NDP

 

  • Investments for their climate plan would be over $15 billion in their first mandate, including $2.5 billion to support clean energy jobs and energy efficiency retrofits for buildings and homes;
  • Create 300,000 jobs in clean energy in the next four years;
  • All federal buildings on renewable energy and net carbon neutral by 2030;
  • Make every new building in Canada after 2030 “net-zero energy ready” through amendments to the National Building Code;
  • Commitments to training and re-training of skilled workers (but no spending specifics);
  • Investing to improve apprenticeship rates so women, racialized Canadians, indigenous peoples and other groups can more easily choose careers in the trades; and

 

  • Overhaul employment insurance (EI), setting the qualification threshold at 360 hours to cover more workers, while creating a new worker’s development and opportunities fund to expand training options beyond those who qualify for EI (source)
  • Ban unpaid internships outside of educational programs (source)
  • Create a national pharmacare program that provides universal, public, comprehensive coverage to everyone in Canada by 2020 (source)
  • Abandon the Trans Mountain pipeline expansion project (source)
  • Reduce Canada’s greenhouse gas emissions to 450 megatonnes by 2030, a 37 per cent reduction from 2017 levels (source)
  • Set a target to retrofit all housing stock in Canada by 2050, by providing low-interest loans repayable through energy savings to pay for home upgrades like insulation, windows, heat pumps, and other renewable technologies (source)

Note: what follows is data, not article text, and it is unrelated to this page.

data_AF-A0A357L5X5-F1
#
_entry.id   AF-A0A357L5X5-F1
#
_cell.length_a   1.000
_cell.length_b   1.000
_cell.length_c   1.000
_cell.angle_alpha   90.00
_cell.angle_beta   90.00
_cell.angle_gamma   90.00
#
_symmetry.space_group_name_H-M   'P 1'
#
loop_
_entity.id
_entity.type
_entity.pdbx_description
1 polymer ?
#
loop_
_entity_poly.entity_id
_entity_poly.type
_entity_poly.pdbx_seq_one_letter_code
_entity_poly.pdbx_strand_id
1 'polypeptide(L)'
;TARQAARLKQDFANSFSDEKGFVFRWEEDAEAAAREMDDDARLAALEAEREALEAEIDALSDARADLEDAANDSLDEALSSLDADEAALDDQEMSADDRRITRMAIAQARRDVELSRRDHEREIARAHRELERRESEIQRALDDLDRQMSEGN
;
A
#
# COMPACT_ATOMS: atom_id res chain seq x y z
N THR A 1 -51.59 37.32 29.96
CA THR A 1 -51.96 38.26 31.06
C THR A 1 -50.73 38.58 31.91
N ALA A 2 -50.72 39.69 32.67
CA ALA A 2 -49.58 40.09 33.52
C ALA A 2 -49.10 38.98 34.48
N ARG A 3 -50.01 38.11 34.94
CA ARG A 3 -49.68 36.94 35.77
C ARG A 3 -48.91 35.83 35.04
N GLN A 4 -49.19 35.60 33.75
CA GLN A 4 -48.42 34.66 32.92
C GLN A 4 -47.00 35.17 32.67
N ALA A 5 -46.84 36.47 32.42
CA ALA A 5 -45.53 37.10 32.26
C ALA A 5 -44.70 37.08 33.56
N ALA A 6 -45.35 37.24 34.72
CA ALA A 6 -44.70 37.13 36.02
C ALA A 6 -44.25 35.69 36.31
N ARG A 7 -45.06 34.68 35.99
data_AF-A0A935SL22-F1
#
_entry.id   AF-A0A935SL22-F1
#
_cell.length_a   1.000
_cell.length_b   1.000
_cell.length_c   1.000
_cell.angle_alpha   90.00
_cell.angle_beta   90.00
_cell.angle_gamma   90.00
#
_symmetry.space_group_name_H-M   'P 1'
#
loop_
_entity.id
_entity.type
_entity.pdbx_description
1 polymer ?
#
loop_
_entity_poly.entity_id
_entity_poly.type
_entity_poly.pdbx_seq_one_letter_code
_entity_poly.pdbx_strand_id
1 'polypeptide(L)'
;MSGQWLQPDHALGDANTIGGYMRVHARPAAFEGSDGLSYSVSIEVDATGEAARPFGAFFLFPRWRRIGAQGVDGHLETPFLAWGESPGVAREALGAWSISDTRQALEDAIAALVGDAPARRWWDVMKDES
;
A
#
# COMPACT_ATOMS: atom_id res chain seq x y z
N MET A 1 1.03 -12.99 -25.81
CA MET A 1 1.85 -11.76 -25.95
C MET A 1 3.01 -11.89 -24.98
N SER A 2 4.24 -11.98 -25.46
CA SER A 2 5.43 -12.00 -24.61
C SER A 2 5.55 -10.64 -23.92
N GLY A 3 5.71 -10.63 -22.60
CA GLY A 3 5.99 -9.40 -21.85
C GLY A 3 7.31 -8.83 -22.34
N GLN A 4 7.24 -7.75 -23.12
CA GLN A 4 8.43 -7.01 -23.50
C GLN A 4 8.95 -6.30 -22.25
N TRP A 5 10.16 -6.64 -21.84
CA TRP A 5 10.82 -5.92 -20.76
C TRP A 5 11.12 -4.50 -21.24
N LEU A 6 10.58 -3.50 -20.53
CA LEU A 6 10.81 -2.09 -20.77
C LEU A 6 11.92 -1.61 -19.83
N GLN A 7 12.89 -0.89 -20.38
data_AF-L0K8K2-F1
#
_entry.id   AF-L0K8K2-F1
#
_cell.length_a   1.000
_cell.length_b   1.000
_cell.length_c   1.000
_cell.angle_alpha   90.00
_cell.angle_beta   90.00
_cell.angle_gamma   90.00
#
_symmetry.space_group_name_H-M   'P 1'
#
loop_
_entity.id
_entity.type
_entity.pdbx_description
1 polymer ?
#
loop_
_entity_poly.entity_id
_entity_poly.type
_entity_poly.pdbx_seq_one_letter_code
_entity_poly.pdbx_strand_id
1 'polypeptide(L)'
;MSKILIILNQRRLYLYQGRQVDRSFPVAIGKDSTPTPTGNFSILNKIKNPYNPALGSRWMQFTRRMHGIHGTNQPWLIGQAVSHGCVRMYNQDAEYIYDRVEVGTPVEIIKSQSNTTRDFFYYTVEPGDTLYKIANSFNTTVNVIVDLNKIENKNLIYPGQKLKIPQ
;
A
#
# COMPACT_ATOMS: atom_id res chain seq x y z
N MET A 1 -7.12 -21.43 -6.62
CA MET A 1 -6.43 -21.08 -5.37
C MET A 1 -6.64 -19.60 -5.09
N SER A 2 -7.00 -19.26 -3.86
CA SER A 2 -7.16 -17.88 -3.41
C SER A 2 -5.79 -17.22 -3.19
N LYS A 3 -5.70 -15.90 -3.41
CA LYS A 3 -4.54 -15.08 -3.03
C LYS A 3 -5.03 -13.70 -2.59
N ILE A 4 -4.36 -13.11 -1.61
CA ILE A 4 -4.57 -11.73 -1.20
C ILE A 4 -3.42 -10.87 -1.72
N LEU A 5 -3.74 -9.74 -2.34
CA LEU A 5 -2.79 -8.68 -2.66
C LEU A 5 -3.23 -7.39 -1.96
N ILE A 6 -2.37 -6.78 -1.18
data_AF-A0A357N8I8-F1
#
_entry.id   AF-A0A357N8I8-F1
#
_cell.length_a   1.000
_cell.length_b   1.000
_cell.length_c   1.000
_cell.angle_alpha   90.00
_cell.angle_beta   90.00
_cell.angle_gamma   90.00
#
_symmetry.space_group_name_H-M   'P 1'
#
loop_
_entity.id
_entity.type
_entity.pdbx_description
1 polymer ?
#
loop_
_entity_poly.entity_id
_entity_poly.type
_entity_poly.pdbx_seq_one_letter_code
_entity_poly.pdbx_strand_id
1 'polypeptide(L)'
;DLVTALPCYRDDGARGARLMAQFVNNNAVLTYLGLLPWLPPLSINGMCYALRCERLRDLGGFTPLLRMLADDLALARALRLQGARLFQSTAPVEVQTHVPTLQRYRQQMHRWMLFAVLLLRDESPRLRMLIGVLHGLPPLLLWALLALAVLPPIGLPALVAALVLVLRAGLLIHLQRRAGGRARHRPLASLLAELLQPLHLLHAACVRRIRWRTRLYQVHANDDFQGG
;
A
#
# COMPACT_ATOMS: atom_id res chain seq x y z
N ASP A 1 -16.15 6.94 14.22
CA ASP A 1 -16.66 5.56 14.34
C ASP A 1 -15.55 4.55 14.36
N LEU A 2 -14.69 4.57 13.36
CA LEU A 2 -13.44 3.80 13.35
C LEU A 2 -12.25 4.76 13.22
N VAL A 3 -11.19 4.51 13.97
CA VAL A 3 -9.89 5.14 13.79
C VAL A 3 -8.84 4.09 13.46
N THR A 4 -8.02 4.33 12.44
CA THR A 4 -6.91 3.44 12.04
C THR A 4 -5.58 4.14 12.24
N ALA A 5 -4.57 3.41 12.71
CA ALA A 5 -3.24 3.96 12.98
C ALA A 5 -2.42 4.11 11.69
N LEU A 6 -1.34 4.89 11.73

• Modernize and expand public transit in communities across Canada and ensure that federal transit funding flows with an emphasis on low-carbon transit projects (source)
  • Set a target to power Canada with net carbon-free electricity by 2030 and move to 100 per cent non-emitting electricity by 2050 (source)
  • Eliminate fossil fuel subsidies immediately (source)
  • Create a permanent, direct, allocation-based funding mechanism to modernize and expand public transit in communities across Canada (source)
  • Provide low-cost financing to local governments in support of the electrification of transit and other municipal fleets by 2030 (source)
  • Establish a new Canadian Climate Bank, which will be capitalized with $3 billion by the federal government and mandated to spur investment in the low carbon economy, accelerate the adoption of clean technology, create good jobs, and support local economic development (source)
  • Move the vehicle fleets of the federal government to electric by 2025 (source)
  • Help homeowners cover the cost of installing a plug-in charger (source)
  • Expand charging networks for ZEVs across the country (source)
  • Make 100 per cent of all new automotive sales zero-emission vehicles by 2040 (source)
  • Infrastructure projects which could have an environmental impact in Quebec must be subject to Quebec’s environmental assessment procedures (source)
  • Fund public infrastructure through under “community benefit agreements” that guarantee jobs, training, apprenticeships and support for local business are part of every project (source)
  • Expand funding for communities to adapt infrastructure to withstand climate change impacts like floods and fires; amount not specified. (source)

 

 

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Arlene Dunn, Director

 

Canada’s Building Trades Unions